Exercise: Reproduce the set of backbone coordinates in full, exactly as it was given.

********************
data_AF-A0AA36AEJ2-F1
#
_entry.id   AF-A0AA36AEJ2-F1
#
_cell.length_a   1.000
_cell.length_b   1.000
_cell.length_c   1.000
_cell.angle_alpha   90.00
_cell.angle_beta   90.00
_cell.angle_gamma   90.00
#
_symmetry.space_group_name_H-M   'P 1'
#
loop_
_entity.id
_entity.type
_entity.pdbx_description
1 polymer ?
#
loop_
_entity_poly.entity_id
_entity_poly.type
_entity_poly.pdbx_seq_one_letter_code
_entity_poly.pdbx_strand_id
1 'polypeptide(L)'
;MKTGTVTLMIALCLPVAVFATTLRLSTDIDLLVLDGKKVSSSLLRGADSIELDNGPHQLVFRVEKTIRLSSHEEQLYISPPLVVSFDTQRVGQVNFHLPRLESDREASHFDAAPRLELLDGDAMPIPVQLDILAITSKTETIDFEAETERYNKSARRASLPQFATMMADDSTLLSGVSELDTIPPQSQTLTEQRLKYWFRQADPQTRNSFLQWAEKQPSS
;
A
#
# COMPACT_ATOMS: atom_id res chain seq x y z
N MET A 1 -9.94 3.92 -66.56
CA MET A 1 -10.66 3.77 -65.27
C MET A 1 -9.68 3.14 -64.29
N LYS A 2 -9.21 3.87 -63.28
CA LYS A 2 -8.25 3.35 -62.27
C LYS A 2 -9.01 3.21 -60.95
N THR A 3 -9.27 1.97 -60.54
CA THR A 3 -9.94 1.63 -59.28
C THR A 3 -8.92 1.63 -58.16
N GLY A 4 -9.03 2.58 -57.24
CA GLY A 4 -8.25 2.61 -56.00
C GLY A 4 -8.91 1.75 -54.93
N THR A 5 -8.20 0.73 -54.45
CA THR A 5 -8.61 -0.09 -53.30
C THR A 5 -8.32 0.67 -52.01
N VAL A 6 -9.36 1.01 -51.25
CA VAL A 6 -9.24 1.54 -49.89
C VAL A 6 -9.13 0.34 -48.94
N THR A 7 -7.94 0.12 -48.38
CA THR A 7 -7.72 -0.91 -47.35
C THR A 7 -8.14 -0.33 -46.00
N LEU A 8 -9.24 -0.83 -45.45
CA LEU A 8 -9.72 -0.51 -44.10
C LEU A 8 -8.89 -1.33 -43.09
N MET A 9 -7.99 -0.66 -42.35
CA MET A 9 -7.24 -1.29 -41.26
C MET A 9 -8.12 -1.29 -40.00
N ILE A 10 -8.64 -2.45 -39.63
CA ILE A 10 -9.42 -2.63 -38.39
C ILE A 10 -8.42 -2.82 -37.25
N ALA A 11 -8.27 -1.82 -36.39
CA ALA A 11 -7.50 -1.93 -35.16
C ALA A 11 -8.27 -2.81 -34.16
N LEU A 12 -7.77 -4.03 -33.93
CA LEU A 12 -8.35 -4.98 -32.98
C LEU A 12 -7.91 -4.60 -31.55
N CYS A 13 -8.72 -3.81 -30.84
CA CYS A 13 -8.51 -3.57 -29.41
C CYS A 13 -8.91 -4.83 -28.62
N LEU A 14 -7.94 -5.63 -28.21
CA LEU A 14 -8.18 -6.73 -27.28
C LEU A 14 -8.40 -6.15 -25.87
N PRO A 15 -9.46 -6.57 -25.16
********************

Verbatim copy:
data_AF-A0AA36AEJ2-F1
#
_entry.id   AF-A0AA36AEJ2-F1
#
_cell.length_a   1.000
_cell.length_b   1.000
_cell.length_c   1.000
_cell.angle_alpha   90.00
_cell.angle_beta   90.00
_cell.angle_gamma   90.00
#
_symmetry.space_group_name_H-M   'P 1'
#
loop_
_entity.id
_entity.type
_entity.pdbx_description
1 polymer ?
#
loop_
_entity_poly.entity_id
_entity_poly.type
_entity_poly.pdbx_seq_one_letter_code
_entity_poly.pdbx_strand_id
1 'polypeptide(L)'
;MKTGTVTLMIALCLPVAVFATTLRLSTDIDLLVLDGKKVSSSLLRGADSIELDNGPHQLVFRVEKTIRLSSHEEQLYISPPLVVSFDTQRVGQVNFHLPRLESDREASHFDAAPRLELLDGDAMPIPVQLDILAITSKTETIDFEAETERYNKSARRASLPQFATMMADDSTLLSGVSELDTIPPQSQTLTEQRLKYWFRQADPQTRNSFLQWAEKQPSS
;
A
#
# COMPACT_ATOMS: atom_id res chain seq x y z
N MET A 1 -9.94 3.92 -66.56
CA MET A 1 -10.66 3.77 -65.27
C MET A 1 -9.68 3.14 -64.29
N LYS A 2 -9.21 3.87 -63.28
CA LYS A 2 -8.25 3.35 -62.27
C LYS A 2 -9.01 3.21 -60.95
N THR A 3 -9.27 1.97 -60.54
CA THR A 3 -9.94 1.63 -59.28
C THR A 3 -8.92 1.63 -58.16
N GLY A 4 -9.03 2.58 -57.24
CA GLY A 4 -8.25 2.61 -56.00
C GLY A 4 -8.91 1.75 -54.93
N THR A 5 -8.20 0.73 -54.45
CA THR A 5 -8.61 -0.09 -53.30
C THR A 5 -8.32 0.67 -52.01
N VAL A 6 -9.36 1.01 -51.25
CA VAL A 6 -9.24 1.54 -49.89
C VAL A 6 -9.13 0.34 -48.94
N THR A 7 -7.94 0.12 -48.38
CA THR A 7 -7.72 -0.91 -47.35
C THR A 7 -8.14 -0.33 -46.00
N LEU A 8 -9.24 -0.83 -45.45
CA LEU A 8 -9.72 -0.51 -44.10
C LEU A 8 -8.89 -1.33 -43.09
N MET A 9 -7.99 -0.66 -42.35
CA MET A 9 -7.24 -1.29 -41.26
C MET A 9 -8.12 -1.29 -40.00
N ILE A 10 -8.64 -2.45 -39.63
CA ILE A 10 -9.42 -2.63 -38.39
C ILE A 10 -8.42 -2.82 -37.25
N ALA A 11 -8.27 -1.82 -36.39
CA ALA A 11 -7.50 -1.93 -35.16
C ALA A 11 -8.27 -2.81 -34.16
N LEU A 12 -7.77 -4.03 -33.93
CA LEU A 12 -8.35 -4.98 -32.98
C LEU A 12 -7.91 -4.60 -31.55
N CYS A 13 -8.72 -3.81 -30.84
CA CYS A 13 -8.51 -3.57 -29.41
C CYS A 13 -8.91 -4.83 -28.62
N LEU A 14 -7.94 -5.63 -28.21
CA LEU A 14 -8.18 -6.73 -27.28
C LEU A 14 -8.40 -6.15 -25.87
N PRO A 15 -9.46 -6.57 -25.16